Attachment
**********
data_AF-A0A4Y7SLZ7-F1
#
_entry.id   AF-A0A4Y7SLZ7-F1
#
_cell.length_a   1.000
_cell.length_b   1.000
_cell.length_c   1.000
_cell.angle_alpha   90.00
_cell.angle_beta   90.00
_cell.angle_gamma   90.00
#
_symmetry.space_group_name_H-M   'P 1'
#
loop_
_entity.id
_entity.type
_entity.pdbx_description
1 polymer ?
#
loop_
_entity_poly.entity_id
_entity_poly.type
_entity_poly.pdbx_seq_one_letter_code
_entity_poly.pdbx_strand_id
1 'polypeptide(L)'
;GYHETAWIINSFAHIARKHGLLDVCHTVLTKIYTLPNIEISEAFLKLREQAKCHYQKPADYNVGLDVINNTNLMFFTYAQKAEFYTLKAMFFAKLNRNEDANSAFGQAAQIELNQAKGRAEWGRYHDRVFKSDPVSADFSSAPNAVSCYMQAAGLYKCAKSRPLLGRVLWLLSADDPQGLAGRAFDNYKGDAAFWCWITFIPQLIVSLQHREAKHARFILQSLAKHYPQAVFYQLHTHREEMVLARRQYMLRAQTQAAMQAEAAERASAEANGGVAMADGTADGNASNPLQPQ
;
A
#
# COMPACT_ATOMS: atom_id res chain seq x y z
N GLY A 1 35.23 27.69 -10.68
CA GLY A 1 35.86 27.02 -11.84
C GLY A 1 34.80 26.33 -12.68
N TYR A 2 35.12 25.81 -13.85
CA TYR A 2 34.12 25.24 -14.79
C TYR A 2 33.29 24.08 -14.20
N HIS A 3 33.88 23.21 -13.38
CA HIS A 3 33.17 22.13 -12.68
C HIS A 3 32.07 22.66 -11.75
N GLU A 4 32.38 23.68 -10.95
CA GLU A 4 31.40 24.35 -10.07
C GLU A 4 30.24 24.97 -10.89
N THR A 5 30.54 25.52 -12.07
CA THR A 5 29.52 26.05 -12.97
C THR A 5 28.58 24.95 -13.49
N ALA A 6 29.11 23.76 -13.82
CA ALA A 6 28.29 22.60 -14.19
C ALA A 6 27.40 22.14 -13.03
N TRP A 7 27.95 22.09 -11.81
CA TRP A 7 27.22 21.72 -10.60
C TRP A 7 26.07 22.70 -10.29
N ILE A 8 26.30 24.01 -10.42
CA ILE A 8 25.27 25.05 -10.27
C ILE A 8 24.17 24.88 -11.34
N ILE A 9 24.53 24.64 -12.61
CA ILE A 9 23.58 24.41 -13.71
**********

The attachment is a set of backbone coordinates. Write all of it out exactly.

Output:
data_AF-A0A4Y7SLZ7-F1
#
_entry.id   AF-A0A4Y7SLZ7-F1
#
_cell.length_a   1.000
_cell.length_b   1.000
_cell.length_c   1.000
_cell.angle_alpha   90.00
_cell.angle_beta   90.00
_cell.angle_gamma   90.00
#
_symmetry.space_group_name_H-M   'P 1'
#
loop_
_entity.id
_entity.type
_entity.pdbx_description
1 polymer ?
#
loop_
_entity_poly.entity_id
_entity_poly.type
_entity_poly.pdbx_seq_one_letter_code
_entity_poly.pdbx_strand_id
1 'polypeptide(L)'
;GYHETAWIINSFAHIARKHGLLDVCHTVLTKIYTLPNIEISEAFLKLREQAKCHYQKPADYNVGLDVINNTNLMFFTYAQKAEFYTLKAMFFAKLNRNEDANSAFGQAAQIELNQAKGRAEWGRYHDRVFKSDPVSADFSSAPNAVSCYMQAAGLYKCAKSRPLLGRVLWLLSADDPQGLAGRAFDNYKGDAAFWCWITFIPQLIVSLQHREAKHARFILQSLAKHYPQAVFYQLHTHREEMVLARRQYMLRAQTQAAMQAEAAERASAEANGGVAMADGTADGNASNPLQPQ
;
A
#
# COMPACT_ATOMS: atom_id res chain seq x y z
N GLY A 1 35.23 27.69 -10.68
CA GLY A 1 35.86 27.02 -11.84
C GLY A 1 34.80 26.33 -12.68
N TYR A 2 35.12 25.81 -13.85
CA TYR A 2 34.12 25.24 -14.79
C TYR A 2 33.29 24.08 -14.20
N HIS A 3 33.88 23.21 -13.38
CA HIS A 3 33.17 22.13 -12.68
C HIS A 3 32.07 22.66 -11.75
N GLU A 4 32.38 23.68 -10.95
CA GLU A 4 31.40 24.35 -10.07
C GLU A 4 30.24 24.97 -10.89
N THR A 5 30.54 25.52 -12.07
CA THR A 5 29.52 26.05 -12.97
C THR A 5 28.58 24.95 -13.49
N ALA A 6 29.11 23.76 -13.82
CA ALA A 6 28.29 22.60 -14.19
C ALA A 6 27.40 22.14 -13.03
N TRP A 7 27.95 22.09 -11.81
CA TRP A 7 27.22 21.72 -10.60
C TRP A 7 26.07 22.70 -10.29
N ILE A 8 26.30 24.01 -10.42
CA ILE A 8 25.27 25.05 -10.27
C ILE A 8 24.17 24.88 -11.34
N ILE A 9 24.53 24.64 -12.61
CA ILE A 9 23.58 24.41 -13.71